Childhood cancer survivors' late mortality risk 4 times higher: Study

A study by researchers at Memphis, Tenn.-based St. Jude Children's Research Hospital found adult survivors of childhood cancer have four times higher risk of late mortality, even 40 years after their cancer diagnosis.

The study, published April 5 in The Lancet, evaluated the causes of death in more than 34,000 survivors of childhood cancer who were diagnosed at an age younger than 21 in the U.S. and Canada. The 40-year cumulative all-cause mortality was 23.3 percent with 51.2 percent of deaths from health-related causes.

The top three health-related causes were cancer, heart disease and cerebrovascular disease. However, the study also said survivors with a healthy lifestyle and absence of hypertension and diabetes were 20 percent to 30 percent less likely to die of a health-related cause despite other factors.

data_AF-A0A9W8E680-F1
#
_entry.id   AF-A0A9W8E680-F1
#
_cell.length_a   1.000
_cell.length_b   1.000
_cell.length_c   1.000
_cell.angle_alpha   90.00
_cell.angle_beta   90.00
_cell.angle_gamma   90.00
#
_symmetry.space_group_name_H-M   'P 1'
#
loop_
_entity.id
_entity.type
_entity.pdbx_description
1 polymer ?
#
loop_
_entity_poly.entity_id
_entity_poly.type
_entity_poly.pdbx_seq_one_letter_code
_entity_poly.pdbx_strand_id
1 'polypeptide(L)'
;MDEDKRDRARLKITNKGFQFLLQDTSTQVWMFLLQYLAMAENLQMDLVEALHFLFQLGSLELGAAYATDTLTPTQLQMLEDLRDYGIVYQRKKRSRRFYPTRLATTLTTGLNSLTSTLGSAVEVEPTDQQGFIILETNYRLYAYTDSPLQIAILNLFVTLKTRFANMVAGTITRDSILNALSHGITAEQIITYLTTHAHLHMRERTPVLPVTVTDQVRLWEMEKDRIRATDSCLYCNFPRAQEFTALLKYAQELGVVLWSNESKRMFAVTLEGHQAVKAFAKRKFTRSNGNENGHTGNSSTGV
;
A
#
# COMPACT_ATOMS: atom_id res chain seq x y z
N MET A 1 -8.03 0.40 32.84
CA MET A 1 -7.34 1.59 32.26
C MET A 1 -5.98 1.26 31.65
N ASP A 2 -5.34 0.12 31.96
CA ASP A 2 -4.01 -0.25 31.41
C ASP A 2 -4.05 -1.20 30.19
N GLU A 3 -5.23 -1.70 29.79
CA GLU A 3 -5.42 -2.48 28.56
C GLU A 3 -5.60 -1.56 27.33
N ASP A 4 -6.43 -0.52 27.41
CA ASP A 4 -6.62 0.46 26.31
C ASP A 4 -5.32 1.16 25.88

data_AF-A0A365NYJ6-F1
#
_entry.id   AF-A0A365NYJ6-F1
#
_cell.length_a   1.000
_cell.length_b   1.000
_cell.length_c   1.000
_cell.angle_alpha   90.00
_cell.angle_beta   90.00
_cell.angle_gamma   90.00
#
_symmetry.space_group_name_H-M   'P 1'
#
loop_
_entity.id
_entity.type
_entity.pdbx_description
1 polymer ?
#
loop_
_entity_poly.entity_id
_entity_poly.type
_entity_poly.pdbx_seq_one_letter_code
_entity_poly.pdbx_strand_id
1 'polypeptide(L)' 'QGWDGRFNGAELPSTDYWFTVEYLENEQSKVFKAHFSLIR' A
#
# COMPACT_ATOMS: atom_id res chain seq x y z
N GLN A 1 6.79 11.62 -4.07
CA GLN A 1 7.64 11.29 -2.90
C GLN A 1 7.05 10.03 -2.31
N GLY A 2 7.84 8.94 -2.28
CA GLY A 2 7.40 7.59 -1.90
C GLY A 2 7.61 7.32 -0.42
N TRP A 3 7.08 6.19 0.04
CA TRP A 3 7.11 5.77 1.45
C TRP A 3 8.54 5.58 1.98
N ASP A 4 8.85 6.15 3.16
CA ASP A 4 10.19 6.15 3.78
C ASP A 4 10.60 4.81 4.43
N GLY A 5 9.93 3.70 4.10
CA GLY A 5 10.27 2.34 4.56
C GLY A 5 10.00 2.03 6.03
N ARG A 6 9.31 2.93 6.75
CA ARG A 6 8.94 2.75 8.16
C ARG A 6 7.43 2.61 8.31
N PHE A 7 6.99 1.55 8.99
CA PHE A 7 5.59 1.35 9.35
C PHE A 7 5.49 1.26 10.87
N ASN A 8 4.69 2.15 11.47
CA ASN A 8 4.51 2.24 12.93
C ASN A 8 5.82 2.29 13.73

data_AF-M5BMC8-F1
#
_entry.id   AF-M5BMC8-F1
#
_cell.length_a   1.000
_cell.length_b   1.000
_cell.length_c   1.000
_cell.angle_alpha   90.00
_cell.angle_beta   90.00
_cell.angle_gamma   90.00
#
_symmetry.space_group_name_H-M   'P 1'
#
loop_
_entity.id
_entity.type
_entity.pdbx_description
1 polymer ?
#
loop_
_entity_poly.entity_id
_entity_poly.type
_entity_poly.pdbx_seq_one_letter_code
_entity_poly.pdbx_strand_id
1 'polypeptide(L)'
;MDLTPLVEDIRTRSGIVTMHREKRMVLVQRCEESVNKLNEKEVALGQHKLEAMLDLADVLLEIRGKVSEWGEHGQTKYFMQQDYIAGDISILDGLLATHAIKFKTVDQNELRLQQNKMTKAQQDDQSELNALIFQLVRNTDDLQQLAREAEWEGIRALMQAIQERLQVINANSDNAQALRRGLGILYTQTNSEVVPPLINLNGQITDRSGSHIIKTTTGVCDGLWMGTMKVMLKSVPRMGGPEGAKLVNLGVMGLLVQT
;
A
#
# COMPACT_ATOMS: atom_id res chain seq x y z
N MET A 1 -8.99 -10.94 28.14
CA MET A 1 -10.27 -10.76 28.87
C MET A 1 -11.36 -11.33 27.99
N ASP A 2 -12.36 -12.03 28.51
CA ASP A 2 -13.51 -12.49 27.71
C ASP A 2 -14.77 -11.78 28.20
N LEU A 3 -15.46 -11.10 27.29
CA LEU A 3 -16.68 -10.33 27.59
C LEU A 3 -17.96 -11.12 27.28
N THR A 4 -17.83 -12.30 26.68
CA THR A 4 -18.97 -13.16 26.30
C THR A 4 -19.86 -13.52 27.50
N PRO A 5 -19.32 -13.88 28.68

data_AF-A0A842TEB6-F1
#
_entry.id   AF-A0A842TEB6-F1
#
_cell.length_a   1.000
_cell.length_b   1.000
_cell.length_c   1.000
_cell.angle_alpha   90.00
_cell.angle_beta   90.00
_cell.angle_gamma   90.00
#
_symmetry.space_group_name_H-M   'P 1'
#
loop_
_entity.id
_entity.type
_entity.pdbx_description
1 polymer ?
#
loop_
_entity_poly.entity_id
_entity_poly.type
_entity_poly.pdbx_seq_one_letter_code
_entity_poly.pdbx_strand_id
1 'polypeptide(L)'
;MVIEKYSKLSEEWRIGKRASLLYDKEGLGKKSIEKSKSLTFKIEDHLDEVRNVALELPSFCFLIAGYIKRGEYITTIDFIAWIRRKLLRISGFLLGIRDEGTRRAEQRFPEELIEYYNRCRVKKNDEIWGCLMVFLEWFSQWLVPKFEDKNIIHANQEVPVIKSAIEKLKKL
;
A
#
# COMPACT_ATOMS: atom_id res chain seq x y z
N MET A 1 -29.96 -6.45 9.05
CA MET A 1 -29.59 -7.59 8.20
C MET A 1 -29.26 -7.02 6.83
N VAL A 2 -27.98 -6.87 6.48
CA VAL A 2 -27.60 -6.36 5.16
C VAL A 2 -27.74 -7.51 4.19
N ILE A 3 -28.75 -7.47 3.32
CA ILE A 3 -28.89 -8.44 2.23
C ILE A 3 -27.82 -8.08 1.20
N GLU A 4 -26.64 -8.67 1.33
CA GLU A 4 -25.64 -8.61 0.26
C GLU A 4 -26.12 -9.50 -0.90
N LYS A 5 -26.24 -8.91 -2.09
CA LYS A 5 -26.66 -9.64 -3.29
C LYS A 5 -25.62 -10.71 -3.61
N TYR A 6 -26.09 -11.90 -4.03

The study is the first to find specific primary causes of death in long-term survivors, which are many of the same leading causes of death in the nation, according to an April 5 St. Jude Children's news release.

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